Efforts to eliminate fraud in West Virginia's Medicaid program are inexcusably backlogged - with 23 complaints at least four years old - legislators were told last week.
If you're a veteran watcher of the state bureaucracy, you may be guessing right now how Medicaid officials responded to the fiasco, and you'd be correct:
"We are looking at technology to help us work smarter," lawmakers were told by state Medicaid Commissioner Nancy Adkins. And, of course, more people are being hired to work in the Medicaid Fraud Control Unit.
How many times have taxpayers, upset over inefficiency and outright incompetence in government, heard the same lame excuses?
Legislative auditors said the fraud unit has a backlog of 171 cases involving Medicaid billings from health care providers, including the 23 that are at least four years old. That could represent millions of dollars in fraud.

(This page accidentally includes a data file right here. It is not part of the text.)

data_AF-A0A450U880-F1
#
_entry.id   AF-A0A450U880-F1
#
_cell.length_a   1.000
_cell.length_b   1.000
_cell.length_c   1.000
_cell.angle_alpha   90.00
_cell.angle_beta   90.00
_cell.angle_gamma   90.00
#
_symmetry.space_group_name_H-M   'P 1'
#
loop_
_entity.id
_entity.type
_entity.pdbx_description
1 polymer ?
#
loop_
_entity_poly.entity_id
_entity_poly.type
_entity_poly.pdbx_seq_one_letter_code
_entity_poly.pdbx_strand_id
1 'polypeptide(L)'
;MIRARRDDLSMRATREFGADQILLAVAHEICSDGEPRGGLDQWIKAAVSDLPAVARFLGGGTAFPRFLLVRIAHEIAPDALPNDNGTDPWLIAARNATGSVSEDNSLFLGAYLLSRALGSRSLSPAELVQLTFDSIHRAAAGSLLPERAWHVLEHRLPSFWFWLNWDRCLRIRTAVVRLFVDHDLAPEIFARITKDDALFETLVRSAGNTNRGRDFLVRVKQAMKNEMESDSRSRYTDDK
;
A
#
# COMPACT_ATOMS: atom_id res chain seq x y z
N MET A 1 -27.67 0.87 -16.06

Last year, the fraud unit recovered nearly $20 million in Medicaid overpayments, Adkins told legislators. She added the unit's annual budget is about $1 million.
Clearly, then, curbing Medicaid fraud is good business. State officials have known for years the unit could not keep up with complaints. Why are new personnel just now being hired? And will the new technology actually help, and at what cost?
Lawmakers should wait no more than four months, until their regular session next year, before demanding to see an improvement in the fraud unit.